Energy limits and evaluating computation

So basically what we will want to do here is to try to derive a set of limiting boundaries—or optimal parameters—for computation to take place. Assuming that the Landauer limit we just mentioned is an absolute one, Scharf and Witkowski suggest that for a process labelled \(x\) the energy requirement for computation to occur should be \(a_xE_\text{landauer}\) where \(a_x\) would depend on the specific biological process at play.

This allows them to define a new quantity, the maximum number of biological operations per second for process \(x\), termed \(BOPS_x\) as:

$$ B O P S_x \leq \frac{1}{\alpha_x E_{\text {landauer }}} \varepsilon_x P \qquad \qquad (1) $$

with \(P\) being the power flow in the system and \(\varepsilon_x\) a thermodynamic efficiency factor representing the available energy. Skipping some of the physics here, they also derive an equation for the efficiency factor \(\varepsilon\):

$$ \varepsilon=1-\frac{4 T_0}{3 T}+\frac{1}{3}\left(\frac{T_0}{T}\right)^4 \qquad \qquad (2) $$

We can see that there is a dependency on the environmental temperature \(T_0\), which could be the temperature on a given planet where life could eventually be sustained, and the blackbody radiation \(T\), which in this context would be the temperature of the host star. Those are the two main equations that will be used to derive new bounds on their computational zone.

Generalizing the HZ

We just saw that the equations in the previous section depended on several parameters. Fortunately, these parameters can be derived from known astrophysical relations. For example, the temperature \(T_0\) of a planet and thermodynamic efficiency \(\varepsilon\) can be cast in terms of the planet-star separation \(d\), which is the parameter we’re looking to constrain with the concept of habitable (or computational) zone. Using these relationships allows us to finally derive the maximum number of biological operations per second, \(BOPS\), for any given planet-star separation. For a more realistic account, Scharf and Witkowski introduce a temperature dependent efficiency factor, since we know that terrestrial biochemical processes are dependent on the temperature. Our new computational zone is plotted on the next figure, with the dashed red curve indicating a cool (M dwarf) star while the blue curve represents a solar-type star.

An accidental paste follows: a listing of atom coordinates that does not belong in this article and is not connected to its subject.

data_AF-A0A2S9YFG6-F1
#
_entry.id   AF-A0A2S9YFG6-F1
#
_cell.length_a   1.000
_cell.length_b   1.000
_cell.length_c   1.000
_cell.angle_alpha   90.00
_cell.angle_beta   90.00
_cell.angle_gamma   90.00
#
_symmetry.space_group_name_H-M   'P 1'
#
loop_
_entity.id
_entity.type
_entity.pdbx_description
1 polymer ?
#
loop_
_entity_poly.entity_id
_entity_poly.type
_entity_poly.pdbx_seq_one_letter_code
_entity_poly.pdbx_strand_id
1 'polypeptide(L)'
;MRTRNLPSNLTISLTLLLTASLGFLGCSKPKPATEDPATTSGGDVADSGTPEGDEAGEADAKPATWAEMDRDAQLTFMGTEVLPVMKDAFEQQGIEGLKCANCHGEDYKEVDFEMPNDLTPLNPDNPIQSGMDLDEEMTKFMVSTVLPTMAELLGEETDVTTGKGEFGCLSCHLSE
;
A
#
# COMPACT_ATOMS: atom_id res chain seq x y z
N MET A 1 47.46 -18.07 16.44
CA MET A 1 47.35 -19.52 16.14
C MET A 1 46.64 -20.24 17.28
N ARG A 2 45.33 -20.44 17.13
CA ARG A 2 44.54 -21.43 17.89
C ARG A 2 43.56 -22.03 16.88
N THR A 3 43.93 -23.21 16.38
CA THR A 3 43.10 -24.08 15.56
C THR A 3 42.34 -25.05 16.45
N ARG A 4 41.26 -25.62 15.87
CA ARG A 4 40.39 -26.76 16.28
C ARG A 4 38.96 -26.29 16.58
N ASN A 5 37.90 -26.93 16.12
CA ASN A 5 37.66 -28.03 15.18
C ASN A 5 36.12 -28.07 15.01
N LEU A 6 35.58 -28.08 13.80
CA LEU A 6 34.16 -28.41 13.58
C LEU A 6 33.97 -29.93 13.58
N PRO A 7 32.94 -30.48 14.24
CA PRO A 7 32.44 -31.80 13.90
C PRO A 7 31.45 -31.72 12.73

Figure 1. Shown here is the maximal values of biological operations per second (BOPS) as a function of the planet-star separation. The red dashed curve represents the values derived for a cool, M dwarf star whereas the blue curve shows the values for a sun-like star. The maximum for BOPS is obtained, for a sun-like star (blue curve), when the planet-star separation is around 200 solar radii—close to the actual separation between the Earth and the Sun. Taken from Scharf & Witkowski (2023).

We can see that for the solar-type star, this computational zone would likely be around 200 solar radii, which is pretty close to the actual separation between the Earth and the Sun at around 215 solar radii. So at first glance, the computational zone agrees with the habitable zone for our own solar system, which is obviously a good thing.


Derived in this way, the computational zone can thus be seen as a generalization of the traditional habitable zone. While the latter depends on a particular biochemistry (ours), the computational zone is assumed to only depend on a universal feature of life that isn’t correlated in any way with a particular biochemistry. The authors note the similarity between this type of approach and that of assembly theory (see e.g. the work of Marshall (2021)), which is based on conceptualizations of life that strive to be universal.

As closing remarks, Scharf and Witkowsi mention—speculatively—that advanced technological species might realize how limiting biological computation is to the availability of suitable environments, and as such may transition towards other “computational modes of existance”. Imagining what those are is left as an exercise to the reader!

Copyright: Attribution-NonCommercial-ShareAlike 4.0 International (CC BY-NC-SA 4.0)

Author: Astrobiobites

Posted on: May 21, 2023